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LaserNetUS, a network of facilities operating ultra-powerful lasers, including the Jupiter Laser Facility at Lawrence Livermore, has received $18 million from the Department of Energy (DOE) for user support. Established in 2018 by DOE, LaserNetUS is organized and funded by DOE’s Office of Fusion Energy Sciences. The network was created to provide vastly improved access to unique lasers for researchers and to help restore the United States’ once-dominant position in high-intensity laser research. This new funding, distributed among 10 partner institutions and including $1 million for user support, will continue and expand LaserNetUS operations for three years.
LaserNetUS includes the most powerful high-intensity lasers in the United States and Canada, which have a broad range of applications in basic research, advanced manufacturing, and medicine. Some of these lasers have powers approaching or exceeding a petawatt, generating light with nearly 100 times the combined output of all the world’s power plants compressed into a tenth of a trillionth of a second.
In its first year of user operations, LaserNetUS awarded beamtime for 49 user experiments to researchers from 25 different institutions. More than 200 user scientists, including more than 100 students and postdoctorates, have participated in experiments so far. The network and future upgrades to LaserNetUS facilities will provide new opportunities for U.S. and international scientists in discovery science and in the development of new technologies.
Contact: Robert Cauble (925) 422-4724 (firstname.lastname@example.org).
The increasing number of large rocky exoplanet discoveries, consisting of a variety of sizes, masses, and orbits, intensifies the need to study their material properties, to provide a deeper understanding of the universe and the potential habitability of exoplanets. In a study, published in the February 11, 2021, issue of Nature Geoscience, a Livermore team led by physicist, Federica Coppari, forced a sample of iron oxide (FeO), a material found in Earth’s mantle, to extreme pressures and temperatures, replicating the conditions expected inside large rocky exoplanets.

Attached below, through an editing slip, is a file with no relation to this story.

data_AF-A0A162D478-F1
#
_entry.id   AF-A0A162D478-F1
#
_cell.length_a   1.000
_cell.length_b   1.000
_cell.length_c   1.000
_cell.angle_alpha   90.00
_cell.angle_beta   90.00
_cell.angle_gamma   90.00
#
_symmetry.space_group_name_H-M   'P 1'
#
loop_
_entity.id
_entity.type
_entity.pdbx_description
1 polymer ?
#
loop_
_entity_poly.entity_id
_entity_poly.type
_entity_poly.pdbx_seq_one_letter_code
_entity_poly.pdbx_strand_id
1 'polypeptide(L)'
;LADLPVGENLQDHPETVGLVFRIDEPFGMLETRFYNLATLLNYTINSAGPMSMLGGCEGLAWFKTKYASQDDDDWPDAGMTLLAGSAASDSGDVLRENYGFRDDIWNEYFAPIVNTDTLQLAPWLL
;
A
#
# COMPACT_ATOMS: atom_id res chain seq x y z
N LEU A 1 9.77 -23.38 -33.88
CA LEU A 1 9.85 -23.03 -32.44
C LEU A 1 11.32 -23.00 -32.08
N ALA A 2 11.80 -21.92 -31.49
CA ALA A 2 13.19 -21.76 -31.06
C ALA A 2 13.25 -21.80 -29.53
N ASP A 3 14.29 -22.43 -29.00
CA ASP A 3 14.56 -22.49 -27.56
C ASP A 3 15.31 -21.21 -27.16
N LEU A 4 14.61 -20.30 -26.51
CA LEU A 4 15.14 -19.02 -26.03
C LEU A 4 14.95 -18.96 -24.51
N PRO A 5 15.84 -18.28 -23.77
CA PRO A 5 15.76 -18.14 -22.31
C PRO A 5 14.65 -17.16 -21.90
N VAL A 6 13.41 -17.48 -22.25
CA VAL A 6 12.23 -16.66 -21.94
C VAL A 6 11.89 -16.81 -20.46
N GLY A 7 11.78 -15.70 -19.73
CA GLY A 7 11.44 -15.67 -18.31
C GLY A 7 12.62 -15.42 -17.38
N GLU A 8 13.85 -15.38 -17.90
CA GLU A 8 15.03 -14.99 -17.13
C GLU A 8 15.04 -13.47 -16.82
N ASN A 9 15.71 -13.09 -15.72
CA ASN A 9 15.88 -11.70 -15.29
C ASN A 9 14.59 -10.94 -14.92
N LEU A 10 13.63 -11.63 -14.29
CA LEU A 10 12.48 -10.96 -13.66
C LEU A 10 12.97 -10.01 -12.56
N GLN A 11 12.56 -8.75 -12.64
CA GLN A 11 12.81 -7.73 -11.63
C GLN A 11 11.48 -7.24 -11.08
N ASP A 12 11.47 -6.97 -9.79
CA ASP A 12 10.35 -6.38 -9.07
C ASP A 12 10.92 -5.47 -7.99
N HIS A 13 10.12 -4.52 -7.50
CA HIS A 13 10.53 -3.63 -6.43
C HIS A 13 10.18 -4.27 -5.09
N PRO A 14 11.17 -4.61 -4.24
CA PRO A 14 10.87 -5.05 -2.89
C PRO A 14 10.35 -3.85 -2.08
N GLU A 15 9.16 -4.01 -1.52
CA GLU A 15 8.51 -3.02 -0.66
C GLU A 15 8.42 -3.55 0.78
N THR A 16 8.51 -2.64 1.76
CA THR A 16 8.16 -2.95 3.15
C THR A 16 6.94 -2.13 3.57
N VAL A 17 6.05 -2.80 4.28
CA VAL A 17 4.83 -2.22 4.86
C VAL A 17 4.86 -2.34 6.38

The team used giant lasers at the University of Rochester’s Omega Laser Facility to compress an FeO sample to 7 megabars (1 Mbar equals 1 million times the Earth’s atmospheric pressure), pressure equivalent to the deep mantle of an exoplanet five times more massive than Earth. Additional lasers then blasted a metal foil near the FeO to create a brief pulse of x rays bright enough to capture a diffraction snapshot of the compressed sample. When FeO is compressed beyond 3 Mbars, equal to the pressure of Earth’s inner-core, the atoms rearrange into a closely packed structure, transforming the sample’s properties.
“Extreme conditions found within large rocky super-Earths favor the emergence of new and complex mineralogy where the constituent materials mix/unmix, flow, and deform in completely different ways than in Earth’s mantle,” says Coppari. “It is mind-boggling to think that our experiments can peer into the interior structure of planets far away with unprecedented resolution and contribute to a deeper understanding of the universe.”
Contact: Federica Coppari (925) 424-5672 (email@example.com).
Lawrence Livermore, along with partners Intel, Supermicro, and Cornelis Networks, have deployed “Ruby,” a high-performance computing cluster. Ruby is funded by National Nuclear Security Administration’s Advanced Simulation and Computing program, the Laboratory’s Multi-programmatic and Institutional Computing program, and the Coronavirus Aid, Relief, and Economic Security (CARES) Act (2020).
Ranked 79th among the 100 most powerful supercomputers in the world in the November 2020 biannual Top500 list, the 6-petaFLOP-peak cluster will be used for unclassified programmatic work in support of NNSA’s stockpile stewardship mission, as well as for open science at the Laboratory, and in the fight against SARS-CoV-2, the virus that causes COVID-19.
Early applications for Ruby include large-scale simulating of plasma dynamics and neutron production at Livermore’s MegaJOuLe Neutron Imaging Radiography (MJOLNIR) system, and simulating inertial confinement fusion research conducted at the National Ignition Facility and Sandia National Laboratories’ Z machine. In addition, Ruby will support projects selected through Livermore’s Computing Grand Challenge and Laboratory Directed Research and Development programs.
Livermore COVID-19 researchers have been using Ruby to compute the molecular docking calculations needed for discovering small molecules capable of binding to protein sites in the structure of SARS-CoV-2 for drug discovery purposes. Ruby is a liquid-cooled cluster consisting of more than 1,500 nodes, each outfitted with Intel Xeon Platinum 8276L processors with Intel Deep Learning Boost and 192 gigabytes of memory.
Contact: Chris Clouse (925) 422-4576 (firstname.lastname@example.org).